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Peanut Butter: The Glue That Holds Us Together?

Fri, 02/20/2009 - 11:38am
Anna Wells, Editor, IMPO

Anna Wells, Editor, IMPO

"I don't know about you, but I have no doubt that we'll have the opportunity to get our industry—and peanut butter—back."

The FDA is calling it one of the worst recalls in history. Peanut Corp. of America President Stewart Parnell released a statement saying the recall was "expanded out of an abundance of caution," but the practical results are the same—I am liquidating the pantry of all comfort food.

But tossing all of these food items was not really the core issue for me. Perhaps I'm being over-sensitive in my emotional reaction here, but: doesn't it feel like we're being kicked while we're down? What's more American than PB&J? And now I can't eat peanut butter? Not to mention, it brings to mind visions of 20th century socialist winter landscapes: As industry crumbles around us, here we sit with contaminated food in our cupboards.

I'll be the first to admit that I often vacillate between logical and impulsive thinking, but suddenly I was losing my grip on reality: What was going on in America—the bedrock of our political identities—and how were we going to fix it? Everything stable in life, down to the peanut butter crackers I used to bring in my school lunch, was being brought before a firing squad.

Step one, I soon realized, was centered around not allowing the news to change the shape of my conception of this country, and all it could accomplish. After the dramatically changing tides of the past year's events, I was allowing something as peripheral as peanut butter to be the straw that broke the camel's back.

This thought made me reflect more acutely on what exactly my ‘vision' of America is. If I could break it down into three main tenets it would most embody these traits:

  • Ingenuity: Americans invented the steam locomotive, the supermarket, the heart defibrillator—heck, even peanut butter.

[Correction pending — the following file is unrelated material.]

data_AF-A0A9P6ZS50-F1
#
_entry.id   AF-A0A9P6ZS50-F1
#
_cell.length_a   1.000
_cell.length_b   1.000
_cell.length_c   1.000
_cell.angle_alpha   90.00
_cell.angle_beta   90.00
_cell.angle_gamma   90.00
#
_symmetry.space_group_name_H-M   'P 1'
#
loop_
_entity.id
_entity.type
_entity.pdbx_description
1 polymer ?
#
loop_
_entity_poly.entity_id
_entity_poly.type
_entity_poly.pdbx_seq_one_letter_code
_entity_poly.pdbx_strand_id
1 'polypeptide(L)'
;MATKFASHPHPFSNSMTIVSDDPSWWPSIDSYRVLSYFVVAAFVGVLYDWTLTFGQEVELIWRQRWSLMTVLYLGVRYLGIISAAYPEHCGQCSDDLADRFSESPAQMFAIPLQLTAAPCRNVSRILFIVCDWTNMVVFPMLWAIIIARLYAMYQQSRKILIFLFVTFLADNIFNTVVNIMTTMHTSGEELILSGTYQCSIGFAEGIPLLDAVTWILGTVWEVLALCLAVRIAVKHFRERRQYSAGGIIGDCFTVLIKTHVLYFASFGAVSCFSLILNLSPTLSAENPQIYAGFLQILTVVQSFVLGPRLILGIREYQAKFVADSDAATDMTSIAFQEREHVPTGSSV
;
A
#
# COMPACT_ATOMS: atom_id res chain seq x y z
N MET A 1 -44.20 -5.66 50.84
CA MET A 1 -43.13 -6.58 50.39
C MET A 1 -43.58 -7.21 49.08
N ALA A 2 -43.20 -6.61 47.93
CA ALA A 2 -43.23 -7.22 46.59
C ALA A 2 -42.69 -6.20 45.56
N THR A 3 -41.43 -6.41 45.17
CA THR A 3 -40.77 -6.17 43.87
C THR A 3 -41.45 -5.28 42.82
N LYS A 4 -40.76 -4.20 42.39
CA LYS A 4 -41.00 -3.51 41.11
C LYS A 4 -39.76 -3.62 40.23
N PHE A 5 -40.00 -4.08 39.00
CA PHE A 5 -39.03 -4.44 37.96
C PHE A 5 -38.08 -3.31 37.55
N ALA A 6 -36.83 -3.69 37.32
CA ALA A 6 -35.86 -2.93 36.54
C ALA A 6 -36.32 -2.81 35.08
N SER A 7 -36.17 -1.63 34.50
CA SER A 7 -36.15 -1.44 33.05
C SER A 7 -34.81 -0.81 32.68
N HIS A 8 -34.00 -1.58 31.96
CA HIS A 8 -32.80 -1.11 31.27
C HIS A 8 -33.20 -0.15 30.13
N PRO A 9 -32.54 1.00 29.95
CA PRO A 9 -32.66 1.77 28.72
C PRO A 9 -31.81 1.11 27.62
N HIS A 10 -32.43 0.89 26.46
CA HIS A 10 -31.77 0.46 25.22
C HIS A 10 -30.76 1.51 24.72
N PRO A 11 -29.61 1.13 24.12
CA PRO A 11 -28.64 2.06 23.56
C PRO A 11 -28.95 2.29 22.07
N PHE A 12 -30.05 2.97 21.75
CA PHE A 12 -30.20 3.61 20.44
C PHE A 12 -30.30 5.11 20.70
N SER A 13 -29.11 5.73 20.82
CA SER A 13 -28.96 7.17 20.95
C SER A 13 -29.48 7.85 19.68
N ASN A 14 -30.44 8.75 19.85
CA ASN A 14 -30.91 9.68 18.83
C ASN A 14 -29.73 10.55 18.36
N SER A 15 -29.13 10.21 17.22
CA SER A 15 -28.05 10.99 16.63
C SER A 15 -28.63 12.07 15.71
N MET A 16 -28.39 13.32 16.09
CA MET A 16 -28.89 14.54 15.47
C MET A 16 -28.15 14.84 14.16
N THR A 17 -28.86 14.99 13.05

• Diligence: Whether or not you agree with the standard the American workforce has set—as in, we consistently work more hours per week than Europeans—it does indicate a group that does not shy away from elbow grease. As jobs go away, it’s comforting to know that this enviable work ethic will lie in wait.
  • Resilience: This is perhaps the most important right now. My great-grandparents were immigrants and would probably read me the riot act over how soft I’ve become in my modern comforts (and then force feed me lutefisk). Things are tough right now, granted, but history has shown us that if any country can overcome hardship and economic turmoil, it’s this one.

The point is, we can't underestimate our abilities to be overwhelmed by anxiety. I'm as guilty of this as anyone—case in point, using peanut butter as a watershed for letting my worst fears run wild. But at the end of the day, I can think back to some of the rougher patches in our collective past, and remind myself of how difficult times can be navigated—and even lend us a greater appreciation for our country, our abilities, and our perseverance.

Yes, there will be business-related casualties, but we've hung on through worse before. I don't know about you, but I have no doubt that we'll have the opportunity to get our industry—and peanut butter—back. And when we do, we'll be ready.

Comments? Email Anna.Wells@advantagemedia.com

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